How to Manage an Emergency Management Program

There is a leadership component to managing the emergency life cycle process. Commitment – Managers need to be required to show commitment to the emergency management process by communicating with employees on a regular basis regarding mitigation, preparedness, response and recovery issues. Internal coordination is a key element and without it managers can’t manage.  For example, how can response teams ensure their actions are effective if after previous incidents there was no feedback provided to review strengths and weaknesses of the team. Those responsible for continuous improvement (risk management, safety, planning) in the organization may not be on the response team but they have a responsibility to ensure program goals are met.

External Coordination – Each governmental jurisdiction has experts that are paid to assist organizations with planning and response activities.  Managers need to work with jurisdictional partners to achieve program goals because there are outside factors that can have an effect on the organization that may not be clear to those inside the organization.

Resource Planning (Multi-year Maintenance Plan) – Structural components (fire barriers, fire protection features, alert and warning devices) can wear out or malfunction. An assessment of all structural components and their probable life span needs to be done to ensure maintenance and replacement costs can be factored into the capital and regular budgeting process.

Appoint a Program Coordinator authorized to help the Chief Operating Officer to administer and keep current the program. Emergency preparedness and management is as important as risk management and safety. The Program Coordinator can establish an advisory committee to provide input or assist in the preparation, implementation, evaluation, and revision of the program.

An emergency management program is a logical process that can yield high benefits if it is organized and lead by a competent professional.

If you need preparedness training or would like to have a preparedness discussion for your employees checkout my website and contact me via email at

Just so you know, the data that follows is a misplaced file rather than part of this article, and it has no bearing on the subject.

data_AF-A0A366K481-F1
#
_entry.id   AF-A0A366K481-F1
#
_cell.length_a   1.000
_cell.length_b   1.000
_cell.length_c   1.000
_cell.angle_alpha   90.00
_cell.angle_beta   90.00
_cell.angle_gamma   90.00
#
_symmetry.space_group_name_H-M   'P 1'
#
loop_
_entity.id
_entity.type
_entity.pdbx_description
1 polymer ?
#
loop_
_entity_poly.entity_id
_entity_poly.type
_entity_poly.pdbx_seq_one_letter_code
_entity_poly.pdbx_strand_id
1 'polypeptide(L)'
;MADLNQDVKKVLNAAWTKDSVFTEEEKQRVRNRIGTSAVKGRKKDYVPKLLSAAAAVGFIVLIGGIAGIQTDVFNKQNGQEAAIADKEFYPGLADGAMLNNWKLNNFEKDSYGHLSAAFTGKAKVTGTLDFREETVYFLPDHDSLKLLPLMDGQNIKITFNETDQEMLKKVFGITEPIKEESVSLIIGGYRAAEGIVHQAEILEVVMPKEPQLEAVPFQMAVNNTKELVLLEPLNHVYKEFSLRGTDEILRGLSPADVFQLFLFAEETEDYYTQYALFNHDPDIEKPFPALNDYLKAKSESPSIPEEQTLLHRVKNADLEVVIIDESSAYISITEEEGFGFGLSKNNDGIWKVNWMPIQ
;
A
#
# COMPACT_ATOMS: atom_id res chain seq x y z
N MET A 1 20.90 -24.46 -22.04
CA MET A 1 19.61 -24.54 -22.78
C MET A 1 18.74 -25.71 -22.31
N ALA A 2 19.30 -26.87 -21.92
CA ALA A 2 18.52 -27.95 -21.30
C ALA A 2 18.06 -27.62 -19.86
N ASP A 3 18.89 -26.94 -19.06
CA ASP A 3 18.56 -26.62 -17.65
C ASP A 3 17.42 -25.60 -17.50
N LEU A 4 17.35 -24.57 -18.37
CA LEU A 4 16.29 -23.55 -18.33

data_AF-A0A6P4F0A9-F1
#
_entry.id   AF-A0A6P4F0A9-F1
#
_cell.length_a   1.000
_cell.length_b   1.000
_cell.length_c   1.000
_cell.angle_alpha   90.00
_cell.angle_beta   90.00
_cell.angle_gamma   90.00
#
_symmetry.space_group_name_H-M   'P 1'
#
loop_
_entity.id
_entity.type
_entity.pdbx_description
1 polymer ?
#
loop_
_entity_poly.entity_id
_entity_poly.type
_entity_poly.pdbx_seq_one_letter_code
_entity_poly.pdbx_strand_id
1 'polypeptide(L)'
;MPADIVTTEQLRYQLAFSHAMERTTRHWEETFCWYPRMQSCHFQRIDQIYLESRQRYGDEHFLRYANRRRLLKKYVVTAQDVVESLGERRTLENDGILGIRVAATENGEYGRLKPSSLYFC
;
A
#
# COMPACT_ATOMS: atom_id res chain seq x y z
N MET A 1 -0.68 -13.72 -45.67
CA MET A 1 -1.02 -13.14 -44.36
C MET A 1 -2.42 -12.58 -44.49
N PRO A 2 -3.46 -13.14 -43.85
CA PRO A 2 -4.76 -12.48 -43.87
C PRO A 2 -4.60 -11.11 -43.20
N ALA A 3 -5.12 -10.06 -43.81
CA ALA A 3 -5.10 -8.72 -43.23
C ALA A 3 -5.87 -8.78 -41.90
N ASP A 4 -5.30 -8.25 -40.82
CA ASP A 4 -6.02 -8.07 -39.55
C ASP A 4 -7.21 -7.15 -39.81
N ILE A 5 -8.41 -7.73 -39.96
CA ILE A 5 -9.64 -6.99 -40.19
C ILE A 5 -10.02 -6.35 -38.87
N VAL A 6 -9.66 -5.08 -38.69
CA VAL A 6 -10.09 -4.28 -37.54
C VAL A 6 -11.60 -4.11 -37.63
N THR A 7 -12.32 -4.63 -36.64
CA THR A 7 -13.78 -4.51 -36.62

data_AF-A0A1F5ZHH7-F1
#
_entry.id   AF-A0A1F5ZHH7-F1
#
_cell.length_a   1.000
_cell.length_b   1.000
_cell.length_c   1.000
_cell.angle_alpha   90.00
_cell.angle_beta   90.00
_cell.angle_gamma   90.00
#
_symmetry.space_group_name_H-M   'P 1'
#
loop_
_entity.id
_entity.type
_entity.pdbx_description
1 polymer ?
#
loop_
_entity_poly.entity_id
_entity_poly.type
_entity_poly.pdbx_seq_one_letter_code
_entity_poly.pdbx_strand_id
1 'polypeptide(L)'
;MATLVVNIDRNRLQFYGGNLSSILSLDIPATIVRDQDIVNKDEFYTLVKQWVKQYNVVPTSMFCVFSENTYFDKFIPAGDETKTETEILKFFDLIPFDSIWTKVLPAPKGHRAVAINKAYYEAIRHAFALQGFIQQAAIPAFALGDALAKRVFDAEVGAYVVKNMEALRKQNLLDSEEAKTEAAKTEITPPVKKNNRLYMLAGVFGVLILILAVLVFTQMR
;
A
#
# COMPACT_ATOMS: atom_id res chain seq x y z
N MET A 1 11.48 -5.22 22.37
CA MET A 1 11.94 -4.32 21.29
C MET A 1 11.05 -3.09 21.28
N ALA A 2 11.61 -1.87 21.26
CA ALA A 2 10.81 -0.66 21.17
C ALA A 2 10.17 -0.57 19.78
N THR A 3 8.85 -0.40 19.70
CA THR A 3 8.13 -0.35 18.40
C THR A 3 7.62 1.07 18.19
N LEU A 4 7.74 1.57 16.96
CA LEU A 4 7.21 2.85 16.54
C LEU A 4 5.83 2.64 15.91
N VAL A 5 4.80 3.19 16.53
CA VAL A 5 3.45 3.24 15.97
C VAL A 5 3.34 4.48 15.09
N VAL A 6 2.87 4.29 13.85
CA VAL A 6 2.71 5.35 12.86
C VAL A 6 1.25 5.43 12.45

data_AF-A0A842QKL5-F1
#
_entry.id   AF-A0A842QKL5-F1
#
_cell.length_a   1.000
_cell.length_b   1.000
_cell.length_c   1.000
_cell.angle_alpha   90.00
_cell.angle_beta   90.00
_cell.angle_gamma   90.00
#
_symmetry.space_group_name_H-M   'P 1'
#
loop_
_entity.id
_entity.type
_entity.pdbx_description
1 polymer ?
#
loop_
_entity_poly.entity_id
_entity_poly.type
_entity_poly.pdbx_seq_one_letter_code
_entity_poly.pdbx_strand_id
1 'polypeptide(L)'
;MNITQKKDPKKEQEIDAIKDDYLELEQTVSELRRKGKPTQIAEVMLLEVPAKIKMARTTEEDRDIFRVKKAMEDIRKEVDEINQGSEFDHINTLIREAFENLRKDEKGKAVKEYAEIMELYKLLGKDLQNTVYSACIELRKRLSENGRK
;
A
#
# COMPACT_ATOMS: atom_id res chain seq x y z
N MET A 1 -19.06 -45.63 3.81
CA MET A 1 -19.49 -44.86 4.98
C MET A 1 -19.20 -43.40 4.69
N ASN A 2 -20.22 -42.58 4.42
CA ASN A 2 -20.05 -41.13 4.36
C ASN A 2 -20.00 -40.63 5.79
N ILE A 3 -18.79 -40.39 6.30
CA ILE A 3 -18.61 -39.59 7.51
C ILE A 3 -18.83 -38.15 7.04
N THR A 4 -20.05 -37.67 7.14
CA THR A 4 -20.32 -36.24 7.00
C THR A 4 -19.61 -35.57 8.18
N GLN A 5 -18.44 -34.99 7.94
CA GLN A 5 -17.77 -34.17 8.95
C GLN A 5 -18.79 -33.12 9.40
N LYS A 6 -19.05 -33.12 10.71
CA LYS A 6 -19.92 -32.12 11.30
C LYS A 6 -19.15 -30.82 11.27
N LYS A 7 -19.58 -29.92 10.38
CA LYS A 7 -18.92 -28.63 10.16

About managingemergencies

I am a professional consultant with 30 years of experience in managing emergencies. My background and skills gave me the foundation to start Systems Emergency Preparedness Consultants. If you need preparedness training or would like to have a preparedness discussion for your employees contact me via email at I held various positions in the Prince George's County Fire/EMS Department until I retired in 2007. As a emergency planner and trainer in the Prince George's County Office of Homeland Security I planned exercises and training for government agencies and citizens groups. I was appointed Fire Chief of the Prince George's County Fire/EMS Department in 2009. I started Systems Emergency Preparedness Consultants in June of that year. I had the opportunity to become the Assistant Fire Chief - Operations of the District of Columbia Fire/EMS Department and served for a year as the Interim Fire Chief. I am a trained mediator, mediator team leader and trainer. I also served as the Fire/EMS Department Equal Employment Opportunity Officer.
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2 Responses to How to Manage an Emergency Management Program

  1. rebecca2000 says:

    I am so glad they plan too. I think people take all of this for granted.

    • You are right unfortunately. We think disasters and emergencies are acts of God. People forget that they can avoid or lessen the effects of most events. I love planning. Few things match the thrill of a plan coming together.

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